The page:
Sen. Elizabeth WarrenElizabeth WarrenOvernight Defense: Appeals court revives House lawsuit against military funding for border wall | Dems push for limits on transferring military gear to police | Lawmakers ask for IG probe into Pentagon's use of COVID-19 funds On The Money: Half of states deplete funds for Trump's 0 unemployment expansion | EU appealing ruling in Apple tax case | House Democrats include more aid for airlines in coronavirus package Warren, Khanna request IG investigation into Pentagon's use of coronavirus funds MORE (D-Mass.) on Saturday said she lacks faith in her own party’s superdelegate process.

“I’m a superdelegate, and I don’t believe in superdelegates,” she said at the Massachusetts State Democratic Convention in Lowell, Mass. "I don’t think superdelegates ought to sway the election.”

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Politico on Saturday reported the Massachusetts Democratic Party voted on a resolution to “thoroughly, objectively and transparently” study the superdelegate system before the 2020 presidential election.

Warren, who remains publicly neutral in this year’s Democratic presidential primary, said she agrees with the decision.

“Yes, I do,” she said when asked if Massachusetts's superdelegate rules deserve such scrutiny.

Superdelegates like Warren are not bound by primary or caucus results to any presidential candidate during next month’s Democratic National Convention in Philadelphia.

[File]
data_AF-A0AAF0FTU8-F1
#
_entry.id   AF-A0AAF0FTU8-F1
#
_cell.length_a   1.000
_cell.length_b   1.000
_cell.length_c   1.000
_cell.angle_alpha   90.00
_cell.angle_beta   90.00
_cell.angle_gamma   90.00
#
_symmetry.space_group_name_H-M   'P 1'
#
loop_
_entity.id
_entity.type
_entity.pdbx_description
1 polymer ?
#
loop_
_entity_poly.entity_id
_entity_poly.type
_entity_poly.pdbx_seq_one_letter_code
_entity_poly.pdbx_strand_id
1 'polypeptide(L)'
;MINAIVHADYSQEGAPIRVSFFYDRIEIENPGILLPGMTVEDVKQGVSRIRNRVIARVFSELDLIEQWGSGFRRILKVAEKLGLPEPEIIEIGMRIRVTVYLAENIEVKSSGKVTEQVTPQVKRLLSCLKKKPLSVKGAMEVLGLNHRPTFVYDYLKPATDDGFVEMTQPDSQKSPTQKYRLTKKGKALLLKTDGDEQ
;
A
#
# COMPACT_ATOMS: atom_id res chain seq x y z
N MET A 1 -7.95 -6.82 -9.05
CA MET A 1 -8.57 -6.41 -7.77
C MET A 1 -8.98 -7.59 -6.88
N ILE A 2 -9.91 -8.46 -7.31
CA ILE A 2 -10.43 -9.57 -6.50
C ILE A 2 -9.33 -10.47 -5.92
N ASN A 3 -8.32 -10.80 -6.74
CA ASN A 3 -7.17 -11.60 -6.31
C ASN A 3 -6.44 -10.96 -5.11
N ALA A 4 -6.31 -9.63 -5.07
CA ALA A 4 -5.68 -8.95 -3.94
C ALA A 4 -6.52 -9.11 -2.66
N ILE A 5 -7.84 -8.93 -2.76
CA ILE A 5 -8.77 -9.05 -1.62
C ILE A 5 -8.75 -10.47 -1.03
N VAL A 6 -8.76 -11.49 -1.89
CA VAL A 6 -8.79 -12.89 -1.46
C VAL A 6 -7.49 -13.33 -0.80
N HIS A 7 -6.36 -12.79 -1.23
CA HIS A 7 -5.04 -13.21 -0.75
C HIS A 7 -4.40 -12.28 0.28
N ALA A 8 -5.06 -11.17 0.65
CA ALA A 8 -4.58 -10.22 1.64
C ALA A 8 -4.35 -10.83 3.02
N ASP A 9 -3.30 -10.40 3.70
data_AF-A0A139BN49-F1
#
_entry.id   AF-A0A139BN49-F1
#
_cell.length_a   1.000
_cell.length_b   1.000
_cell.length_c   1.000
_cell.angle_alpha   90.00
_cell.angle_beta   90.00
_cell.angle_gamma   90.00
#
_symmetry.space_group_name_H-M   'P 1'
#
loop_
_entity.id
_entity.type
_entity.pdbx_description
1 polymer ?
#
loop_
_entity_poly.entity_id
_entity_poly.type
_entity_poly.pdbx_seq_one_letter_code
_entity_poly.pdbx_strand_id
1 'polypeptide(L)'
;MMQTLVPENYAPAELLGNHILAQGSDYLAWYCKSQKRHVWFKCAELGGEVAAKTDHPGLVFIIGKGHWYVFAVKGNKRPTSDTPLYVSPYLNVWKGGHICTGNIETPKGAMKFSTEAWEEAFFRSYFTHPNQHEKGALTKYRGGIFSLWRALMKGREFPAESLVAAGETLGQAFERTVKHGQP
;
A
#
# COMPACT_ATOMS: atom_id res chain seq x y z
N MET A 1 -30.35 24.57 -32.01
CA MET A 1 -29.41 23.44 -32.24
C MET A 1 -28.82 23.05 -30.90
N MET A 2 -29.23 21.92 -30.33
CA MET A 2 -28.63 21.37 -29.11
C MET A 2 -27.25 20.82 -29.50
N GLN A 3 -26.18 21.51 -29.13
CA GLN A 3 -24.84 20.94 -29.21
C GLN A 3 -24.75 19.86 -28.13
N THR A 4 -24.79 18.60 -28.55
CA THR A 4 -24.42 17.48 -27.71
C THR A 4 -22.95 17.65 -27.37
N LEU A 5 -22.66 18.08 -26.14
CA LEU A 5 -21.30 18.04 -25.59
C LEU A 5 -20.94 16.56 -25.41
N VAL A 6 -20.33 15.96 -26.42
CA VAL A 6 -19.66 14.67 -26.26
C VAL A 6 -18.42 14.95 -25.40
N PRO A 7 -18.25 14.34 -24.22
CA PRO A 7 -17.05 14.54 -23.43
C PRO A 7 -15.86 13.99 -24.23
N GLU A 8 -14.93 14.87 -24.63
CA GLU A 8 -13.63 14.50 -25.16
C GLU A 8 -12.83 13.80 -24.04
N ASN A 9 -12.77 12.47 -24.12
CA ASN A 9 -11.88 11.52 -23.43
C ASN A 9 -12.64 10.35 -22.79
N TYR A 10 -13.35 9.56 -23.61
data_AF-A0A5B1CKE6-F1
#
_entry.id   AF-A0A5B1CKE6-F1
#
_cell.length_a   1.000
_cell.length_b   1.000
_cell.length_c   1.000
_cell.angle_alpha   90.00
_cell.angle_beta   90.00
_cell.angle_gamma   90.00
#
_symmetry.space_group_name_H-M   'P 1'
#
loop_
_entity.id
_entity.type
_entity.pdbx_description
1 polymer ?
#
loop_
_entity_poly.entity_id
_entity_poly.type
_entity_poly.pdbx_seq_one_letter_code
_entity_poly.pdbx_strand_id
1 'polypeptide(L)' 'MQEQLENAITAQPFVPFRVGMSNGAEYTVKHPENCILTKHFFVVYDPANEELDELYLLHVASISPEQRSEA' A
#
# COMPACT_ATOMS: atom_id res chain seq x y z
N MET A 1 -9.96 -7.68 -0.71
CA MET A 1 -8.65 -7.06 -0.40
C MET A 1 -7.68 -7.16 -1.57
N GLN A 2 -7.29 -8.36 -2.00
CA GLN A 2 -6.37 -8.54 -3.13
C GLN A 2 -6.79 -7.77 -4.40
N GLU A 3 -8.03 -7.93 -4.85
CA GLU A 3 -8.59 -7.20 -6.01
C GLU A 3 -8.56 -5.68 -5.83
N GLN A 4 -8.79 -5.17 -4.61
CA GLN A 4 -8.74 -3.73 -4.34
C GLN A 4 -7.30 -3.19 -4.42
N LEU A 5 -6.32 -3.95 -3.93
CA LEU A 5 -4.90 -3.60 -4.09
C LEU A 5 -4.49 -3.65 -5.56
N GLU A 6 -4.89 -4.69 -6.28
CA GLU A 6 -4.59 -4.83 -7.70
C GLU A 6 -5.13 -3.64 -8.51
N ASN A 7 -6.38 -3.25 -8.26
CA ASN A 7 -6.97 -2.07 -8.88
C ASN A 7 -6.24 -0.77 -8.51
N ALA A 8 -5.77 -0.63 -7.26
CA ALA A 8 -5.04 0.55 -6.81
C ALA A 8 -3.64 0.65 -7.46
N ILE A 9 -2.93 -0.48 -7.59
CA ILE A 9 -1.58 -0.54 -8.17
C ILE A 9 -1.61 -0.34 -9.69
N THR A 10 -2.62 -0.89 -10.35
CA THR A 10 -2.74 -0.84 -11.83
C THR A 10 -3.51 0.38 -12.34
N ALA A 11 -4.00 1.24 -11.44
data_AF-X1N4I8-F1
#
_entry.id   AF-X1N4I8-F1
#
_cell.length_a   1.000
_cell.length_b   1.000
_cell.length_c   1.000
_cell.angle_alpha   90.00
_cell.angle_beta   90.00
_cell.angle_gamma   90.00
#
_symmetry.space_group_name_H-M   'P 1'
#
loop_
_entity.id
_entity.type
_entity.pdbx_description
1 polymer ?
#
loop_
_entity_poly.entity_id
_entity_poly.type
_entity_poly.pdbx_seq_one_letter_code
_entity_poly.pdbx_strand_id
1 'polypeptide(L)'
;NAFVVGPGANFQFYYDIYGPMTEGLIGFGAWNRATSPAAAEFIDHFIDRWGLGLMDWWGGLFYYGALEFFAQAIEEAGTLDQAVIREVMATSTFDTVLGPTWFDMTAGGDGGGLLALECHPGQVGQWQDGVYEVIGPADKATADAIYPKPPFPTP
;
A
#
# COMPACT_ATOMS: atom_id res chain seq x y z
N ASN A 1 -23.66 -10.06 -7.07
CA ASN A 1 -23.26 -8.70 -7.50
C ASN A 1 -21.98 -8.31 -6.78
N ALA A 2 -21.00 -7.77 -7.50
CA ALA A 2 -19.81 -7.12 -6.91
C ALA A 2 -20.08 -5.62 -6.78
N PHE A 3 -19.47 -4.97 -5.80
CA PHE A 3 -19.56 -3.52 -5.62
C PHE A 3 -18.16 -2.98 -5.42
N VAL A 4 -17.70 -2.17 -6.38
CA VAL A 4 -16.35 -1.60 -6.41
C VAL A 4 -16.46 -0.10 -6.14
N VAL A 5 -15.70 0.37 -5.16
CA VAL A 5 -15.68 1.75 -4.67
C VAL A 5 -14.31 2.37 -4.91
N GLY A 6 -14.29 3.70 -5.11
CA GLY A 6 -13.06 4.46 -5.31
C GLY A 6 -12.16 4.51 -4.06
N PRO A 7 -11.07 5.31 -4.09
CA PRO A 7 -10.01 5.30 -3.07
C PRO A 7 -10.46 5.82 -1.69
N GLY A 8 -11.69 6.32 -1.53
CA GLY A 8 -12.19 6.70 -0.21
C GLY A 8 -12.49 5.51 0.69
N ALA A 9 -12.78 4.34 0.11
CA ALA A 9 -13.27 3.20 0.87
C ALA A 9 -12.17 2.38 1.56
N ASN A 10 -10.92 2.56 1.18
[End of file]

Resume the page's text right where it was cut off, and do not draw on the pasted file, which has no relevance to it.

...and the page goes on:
Hillary ClintonHillary Diane Rodham ClintonBloomberg rolls out M ad buy to boost Biden in Florida Hillicon Valley: Productivity, fatigue, cybersecurity emerge as top concerns amid pandemic | Facebook critics launch alternative oversight board | Google to temporarily bar election ads after polls close Trump pledges to make Juneteenth a federal holiday, designate KKK a terrorist group in pitch to Black voters MORE remains the Democratic presidential front-runner nationwide, boasting 2,313 delegates to 1,547 for her rival, Sen. Bernie SandersBernie SandersSirota reacts to report of harassment, doxing by Harris supporters Republicans not immune to the malady that hobbled Democrats The Hill's Morning Report - Sponsored by Facebook - Republicans lawmakers rebuke Trump on election MORE (I-Vt.).

Clinton’s total includes 1,769 pledged delegates and 544 superdelegates, while Sanders has 1,501 pledged delegates and 46 superdelegates. At least 2,383 delegates are needed to avoid a contested convention.

Warren on Saturday demurred when asked if Sanders should suspend his White House run due to his delegate gap with Clinton.

“Sanders has brought a lot of energy to this campaign, and that is a decision for Bernie Sanders to make,” she said.

Warren added “no timetable” exists for her to make an endorsement of either candidate.

“I think the party is united,” she said when asked if she could mend fences between the pair’s supporters.

“I’m in this fight all the way to stop Donald TrumpDonald John TrumpFederal prosecutor speaks out, says Barr 'has brought shame' on Justice Dept. Former Pence aide: White House staffers discussed Trump refusing to leave office Progressive group buys domain name of Trump's No. 1 Supreme Court pick MORE,” Warren added of the GOP’s presumptive presidential nominee.

Warren fiercely attacked Trump’s credibility during her address at the Massachusetts State Democratic Convention.

“Here’s a man who builds a business to profit off other people's pain,” she said of the billionaire’s Trump University program. "He wants to be commander in chief, but he’s only qualified to be fraudster in chief."